Poverty, illness and living on less than the minimum wage video

MAHVASH ALI/STUFF

Lynlie Beazley talks about surviving on $22 a week.

The last time there was fresh produce on the table was more than two years ago.

After covering her basic expenses, Lynlie Beazley survives on just $22 per week and sometimes she sleeps on an empty stomach. 

The west Auckland resident described herself as the "face of poverty" in the country. 

Lynlie Beazley says living on $22 a week is impossible.
MAHVASH ALI/STUFF

Lynlie Beazley says living on $22 a week is impossible.

"I don't know how I live each day."

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Beazley said she would not be able to survive without food parcels from The Salvation Army.

Lynlie Beazley with a food parcel from The Salvation Army.
MAHVASH ALI/STUFF

Lynlie Beazley with a food parcel from The Salvation Army.

She is one of a growing number of people knocking on the charity's door for help. 

Her weekly benefit was about $236, but she only had $22 after rent, expenses, and hire purchase payments.    

Beazley, a Housing NZ tenant, said this was enough for two bottles of milk, three loaves of bread and a tray of eggs.

Lynley Beazley says she would not be able to survive without food parcels from The Salvation Army.
MAHVASH ALI/STUFF

Lynley Beazley says she would not be able to survive without food parcels from The Salvation Army.

And if the 41-year-old wanted to live a bit recklessly, she bought tobacco – but mostly she fuelled her habit by smoking cigarette butts people had thrown away.

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She walked everywhere. She got her clothes from the piles of discarded items behind The Salvation Army in New Lynn.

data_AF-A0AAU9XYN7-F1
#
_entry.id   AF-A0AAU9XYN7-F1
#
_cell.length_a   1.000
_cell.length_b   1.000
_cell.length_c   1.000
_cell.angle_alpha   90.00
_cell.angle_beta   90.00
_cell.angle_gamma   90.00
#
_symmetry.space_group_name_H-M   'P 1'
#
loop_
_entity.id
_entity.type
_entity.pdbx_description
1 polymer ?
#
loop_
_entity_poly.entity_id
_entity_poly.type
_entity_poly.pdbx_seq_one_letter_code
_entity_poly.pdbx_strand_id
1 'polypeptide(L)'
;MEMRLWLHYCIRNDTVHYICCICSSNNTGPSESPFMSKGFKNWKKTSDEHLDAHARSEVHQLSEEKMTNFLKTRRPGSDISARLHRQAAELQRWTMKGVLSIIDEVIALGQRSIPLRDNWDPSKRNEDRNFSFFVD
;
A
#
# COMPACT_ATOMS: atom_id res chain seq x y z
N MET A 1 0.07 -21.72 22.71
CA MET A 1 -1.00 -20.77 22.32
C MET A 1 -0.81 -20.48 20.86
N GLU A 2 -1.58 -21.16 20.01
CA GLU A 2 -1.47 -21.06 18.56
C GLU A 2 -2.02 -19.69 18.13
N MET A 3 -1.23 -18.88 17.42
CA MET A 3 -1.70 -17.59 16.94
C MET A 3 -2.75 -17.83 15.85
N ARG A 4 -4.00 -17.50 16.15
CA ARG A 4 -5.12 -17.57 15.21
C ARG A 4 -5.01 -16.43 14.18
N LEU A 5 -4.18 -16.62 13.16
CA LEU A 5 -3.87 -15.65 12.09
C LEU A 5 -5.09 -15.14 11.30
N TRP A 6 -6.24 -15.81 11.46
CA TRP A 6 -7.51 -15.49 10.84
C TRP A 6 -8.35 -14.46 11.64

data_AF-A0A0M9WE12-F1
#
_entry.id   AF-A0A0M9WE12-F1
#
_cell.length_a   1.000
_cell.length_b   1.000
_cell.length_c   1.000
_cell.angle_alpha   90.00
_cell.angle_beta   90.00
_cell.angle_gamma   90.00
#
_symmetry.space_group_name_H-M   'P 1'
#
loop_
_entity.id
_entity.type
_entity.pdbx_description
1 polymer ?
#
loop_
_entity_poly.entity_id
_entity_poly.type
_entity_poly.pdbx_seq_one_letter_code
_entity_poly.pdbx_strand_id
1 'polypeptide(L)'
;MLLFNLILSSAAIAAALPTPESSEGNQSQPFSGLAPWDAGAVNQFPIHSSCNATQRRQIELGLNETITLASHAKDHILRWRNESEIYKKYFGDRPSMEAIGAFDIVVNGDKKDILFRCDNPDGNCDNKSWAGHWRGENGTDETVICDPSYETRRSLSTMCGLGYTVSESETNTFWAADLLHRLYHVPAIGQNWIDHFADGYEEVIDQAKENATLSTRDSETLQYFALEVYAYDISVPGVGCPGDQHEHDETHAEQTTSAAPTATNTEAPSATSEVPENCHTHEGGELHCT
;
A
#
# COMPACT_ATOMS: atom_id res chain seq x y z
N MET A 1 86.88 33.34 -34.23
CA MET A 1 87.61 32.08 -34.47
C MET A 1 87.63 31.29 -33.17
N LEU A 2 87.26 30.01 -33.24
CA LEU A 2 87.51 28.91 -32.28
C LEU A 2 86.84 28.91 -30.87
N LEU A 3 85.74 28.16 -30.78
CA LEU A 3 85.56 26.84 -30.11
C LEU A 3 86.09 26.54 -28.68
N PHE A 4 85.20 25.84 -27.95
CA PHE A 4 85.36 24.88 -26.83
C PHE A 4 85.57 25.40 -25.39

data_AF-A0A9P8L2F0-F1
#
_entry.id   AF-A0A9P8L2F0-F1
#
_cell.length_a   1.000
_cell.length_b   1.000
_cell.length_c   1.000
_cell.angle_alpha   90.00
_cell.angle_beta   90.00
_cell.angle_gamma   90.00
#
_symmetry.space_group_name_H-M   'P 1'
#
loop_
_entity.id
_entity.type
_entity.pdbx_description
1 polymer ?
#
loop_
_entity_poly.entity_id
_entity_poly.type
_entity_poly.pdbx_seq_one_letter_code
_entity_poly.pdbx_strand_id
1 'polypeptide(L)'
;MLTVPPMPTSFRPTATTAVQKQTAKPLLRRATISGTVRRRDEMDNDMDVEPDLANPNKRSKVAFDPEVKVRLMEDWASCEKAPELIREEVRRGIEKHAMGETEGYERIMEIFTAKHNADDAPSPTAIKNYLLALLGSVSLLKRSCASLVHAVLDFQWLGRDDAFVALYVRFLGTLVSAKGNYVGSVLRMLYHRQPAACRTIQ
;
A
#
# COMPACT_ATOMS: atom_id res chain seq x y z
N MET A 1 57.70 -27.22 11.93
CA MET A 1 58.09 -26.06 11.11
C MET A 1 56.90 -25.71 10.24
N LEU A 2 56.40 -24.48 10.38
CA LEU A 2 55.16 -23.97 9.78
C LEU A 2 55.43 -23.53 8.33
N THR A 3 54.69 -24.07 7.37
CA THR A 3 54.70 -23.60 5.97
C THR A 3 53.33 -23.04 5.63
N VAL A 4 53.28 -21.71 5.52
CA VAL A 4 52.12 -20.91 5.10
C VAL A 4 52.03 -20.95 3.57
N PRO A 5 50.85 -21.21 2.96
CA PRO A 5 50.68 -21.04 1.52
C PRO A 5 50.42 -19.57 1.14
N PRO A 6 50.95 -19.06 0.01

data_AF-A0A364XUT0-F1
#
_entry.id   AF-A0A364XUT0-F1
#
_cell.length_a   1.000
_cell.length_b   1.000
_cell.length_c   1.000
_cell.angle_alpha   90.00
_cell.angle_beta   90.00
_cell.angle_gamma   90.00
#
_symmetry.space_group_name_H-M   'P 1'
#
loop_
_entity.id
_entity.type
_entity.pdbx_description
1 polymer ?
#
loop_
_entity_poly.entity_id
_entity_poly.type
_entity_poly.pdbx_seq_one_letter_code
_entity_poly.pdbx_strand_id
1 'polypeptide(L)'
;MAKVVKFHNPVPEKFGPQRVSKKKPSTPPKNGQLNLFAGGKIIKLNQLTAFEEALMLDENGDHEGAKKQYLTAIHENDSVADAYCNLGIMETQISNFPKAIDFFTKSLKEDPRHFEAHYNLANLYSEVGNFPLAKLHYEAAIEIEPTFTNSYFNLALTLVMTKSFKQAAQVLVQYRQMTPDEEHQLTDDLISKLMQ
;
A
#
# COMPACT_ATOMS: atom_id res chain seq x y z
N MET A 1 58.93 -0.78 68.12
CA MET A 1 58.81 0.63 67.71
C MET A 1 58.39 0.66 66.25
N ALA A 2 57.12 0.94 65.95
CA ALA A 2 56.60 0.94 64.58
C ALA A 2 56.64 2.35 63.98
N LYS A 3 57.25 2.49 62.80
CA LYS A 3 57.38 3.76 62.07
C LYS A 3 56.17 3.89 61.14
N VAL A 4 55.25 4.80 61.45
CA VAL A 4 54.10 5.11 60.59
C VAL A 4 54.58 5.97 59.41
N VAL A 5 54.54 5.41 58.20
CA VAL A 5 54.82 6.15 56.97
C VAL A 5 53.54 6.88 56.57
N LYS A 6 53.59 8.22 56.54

Her shoes were given to her by a homeless person and she only topped up her mobile phone when friends or family helped.

She did not have a landline or internet.

"I get four sausages from The Salvation Army, so I cut them up into six and cook them with noodles.

"If I get given too much self-raising flour I mix it with left over oil and make fried-bread."

 Previously, Beazley had been living in a boarding house and most costs were included in the rent.

But Beazley took out a $1000 loan for a fridge and other basic necessities when she moved into her new home in March.

"I don't know if I can go on any longer."

Salvation Army welfare national Practice Manager Jono Bell said they helped 10,555 individuals and families around the country with food parcels between April and June – an 8 per cent increase on the same period last year

"For many people we see food parcels are a temporary measure to help them out in a crisis, such as losing their job, but we do have a number of clients who rely on food parcels for survival, because their income is not enough to meet their needs.

"The rising cost of food on top of the increasing rents we've seen in the past few years have been a major factor in this." 

 - Stuff

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